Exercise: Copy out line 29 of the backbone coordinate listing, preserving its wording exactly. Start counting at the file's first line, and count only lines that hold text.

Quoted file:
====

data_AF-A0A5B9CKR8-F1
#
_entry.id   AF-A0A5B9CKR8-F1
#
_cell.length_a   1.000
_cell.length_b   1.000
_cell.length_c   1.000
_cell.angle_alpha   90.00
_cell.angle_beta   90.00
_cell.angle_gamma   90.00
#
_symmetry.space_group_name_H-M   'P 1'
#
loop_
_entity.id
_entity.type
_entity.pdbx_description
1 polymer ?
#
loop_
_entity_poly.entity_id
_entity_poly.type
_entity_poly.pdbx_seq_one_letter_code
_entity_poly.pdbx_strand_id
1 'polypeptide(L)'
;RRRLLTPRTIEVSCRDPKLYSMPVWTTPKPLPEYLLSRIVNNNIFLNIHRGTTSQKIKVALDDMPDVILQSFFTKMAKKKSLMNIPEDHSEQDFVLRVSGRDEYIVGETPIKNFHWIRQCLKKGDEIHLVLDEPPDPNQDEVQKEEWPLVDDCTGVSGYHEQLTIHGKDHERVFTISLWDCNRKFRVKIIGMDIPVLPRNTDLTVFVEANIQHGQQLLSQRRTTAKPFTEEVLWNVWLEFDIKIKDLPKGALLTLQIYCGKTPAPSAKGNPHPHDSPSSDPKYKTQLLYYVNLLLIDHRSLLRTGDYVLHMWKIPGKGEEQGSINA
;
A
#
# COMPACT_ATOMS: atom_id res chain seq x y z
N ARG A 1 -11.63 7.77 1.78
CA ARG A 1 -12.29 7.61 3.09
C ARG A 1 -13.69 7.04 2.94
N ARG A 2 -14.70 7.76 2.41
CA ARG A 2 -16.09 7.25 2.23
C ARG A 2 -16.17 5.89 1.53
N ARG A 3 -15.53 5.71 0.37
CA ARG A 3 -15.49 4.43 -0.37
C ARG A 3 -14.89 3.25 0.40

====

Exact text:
#